But the implausible does happen
this is one of your better posts. I don't fully agree with you on the "averaging" interpretation... that's a bit too simplistic, and is the same error I made when first judging MidJourney. And yet... I can say, it has challenges with anomalies and outliers. You repeat the misconception -- *intentionally*, you *know* this to be false -- that GPT has "memorized" the internet. Two clarifications:
a) The training dataset comprises significantly less than 1/3rd of the internet. And certainly (at this point) does not include video, which is a massive store of untapped information.
b) It isn't, as we now understand, memorization. Its fractal compression. Its pattern recognition. Its much much much more similar to the highly imperfect mechanism of human memory than it is like storing to a database or a hard drive with error-correction and fault-tolerance. From my understanding, GPT's method of "memory" is basically reconstructing context from pattern that was "burned in" to its neural net while digesting the training dataset and then re-re-inforced with months of RLHF. So it's much much more like reconstructive, symbolic human memory -- stories grown from "idea seeds," abstract relations of disparate concepts, strange triggers (smell) to expand massive sensory concepts (that day we met) -- than it is to literal bit-for-bit file storage.
Another great read, Alberto!
The way ChatGPT appears to fill in people's deviating life paths reminds me of the fact that our own brains act in a similar way when it comes to how we percieve the world. There's the famous fact that our eyes have "blind spots" where they literally can't see, which the brain helpfully fills in with what it predicts should be there.
Then there's this relatively recent research showing that our brains tends to first spot the borders of objects and then fill in--or "color in"--the surface area (https://www.sciencedaily.com/releases/2007/08/070820135833.htm)
This quote by one of the professors is telling: "...a lot of what you perceive is actually a construction in your brain of border information plus surface information—in other words, a lot of what you see is not accurate."
I just find it curious how a large language model that's said to mimic our reasoning process ends up inadvertently acting like our brains in yet another way.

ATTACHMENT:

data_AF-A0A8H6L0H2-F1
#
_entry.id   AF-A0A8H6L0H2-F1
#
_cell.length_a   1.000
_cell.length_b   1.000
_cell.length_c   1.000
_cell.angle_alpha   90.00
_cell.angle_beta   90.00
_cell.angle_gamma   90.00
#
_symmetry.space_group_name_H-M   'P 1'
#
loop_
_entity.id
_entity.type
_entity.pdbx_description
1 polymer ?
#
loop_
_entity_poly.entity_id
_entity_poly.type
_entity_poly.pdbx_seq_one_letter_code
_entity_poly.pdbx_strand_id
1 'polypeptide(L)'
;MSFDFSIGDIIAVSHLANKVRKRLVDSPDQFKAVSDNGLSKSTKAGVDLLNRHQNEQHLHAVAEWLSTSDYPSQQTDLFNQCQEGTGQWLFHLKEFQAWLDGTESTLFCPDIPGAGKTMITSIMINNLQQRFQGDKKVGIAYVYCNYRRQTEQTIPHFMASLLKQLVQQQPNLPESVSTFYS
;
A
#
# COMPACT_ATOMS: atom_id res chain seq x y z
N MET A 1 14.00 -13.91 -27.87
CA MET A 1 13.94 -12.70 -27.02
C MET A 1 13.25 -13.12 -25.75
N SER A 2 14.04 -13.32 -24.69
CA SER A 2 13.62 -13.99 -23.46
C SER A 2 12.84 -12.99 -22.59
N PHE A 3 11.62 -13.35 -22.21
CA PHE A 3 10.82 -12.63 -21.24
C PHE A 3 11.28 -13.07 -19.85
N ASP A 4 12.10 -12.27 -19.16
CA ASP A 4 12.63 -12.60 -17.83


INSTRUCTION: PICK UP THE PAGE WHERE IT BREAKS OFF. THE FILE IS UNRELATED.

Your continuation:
You nailed it, Alberto!
Daniel's comment brings up a familiar subject for me, as I'm a cinematographer.
We naturally like things to make sense and be connected, which is why our brains work so hard when we watch a movie.
Interestingly, it's not the rational part of our brains that's doing the heavy lifting, but rather, it's more of a back burner activity.
They turn a bunch of still pictures shown quickly one after another into what looks like real movement. It's kind of like a magic trick that our brains play on us.
And not only that, but our brains also try to make sense of the story on the screen and find connections, even though it's all just pretend.
Humans crave coherence, and it seems that AI has inherited some of this trait.
This is a really interesting view. A large ML model with huge amounts of training data should indeed be exceptionally good at a large number of the most common cases, but will fail at outliers.
Perhaps that’s why something like ChatGPT will not replace Google. We still need storage and lookup for the unique things in the world. (It will surely take a big cut of Google revenue though...)
It’s also interesting to compare GPT to humans. We have a single massive instance that has seen and read through a significant chunk of what the world has ever produced. And then we have 8 billion instances that each has lived and observed it’s very own sliver of the world, forming unique experiences and thoughts, interacting with each other.
Is this chaos and uniqueness of humans the thing that will provide the most value in society in the next decades?
Human labor is, at any moment, a mind projection of something in the present to something in the future, transformed by and adapted to conditions happening between this present and this future.
How could a robot with only access to the past could reach this future? No way.
Danger remains, imo, in the fact that most people could think they have no longer to learn how embracing conditions of future, how to adapt to them, as they get effortless this future looking shape of only a past shape.
Alberto! Best piece thus far. Just going to let this sit and re-read tonight.
Congrats and tha
Loved this read. It sharpened my insight.
ChatGPT compresses all of the internet into a file. The compression it does is worse for low signal than for well documented things.
The hard part is to get the reasoning right, memorization can be solved via a simple web lookup.
With the tokens it can injest going up, getting facts wrong is something that current deployed models suffer from but it won't be long before it doesn't matter anymore.
The median is the message?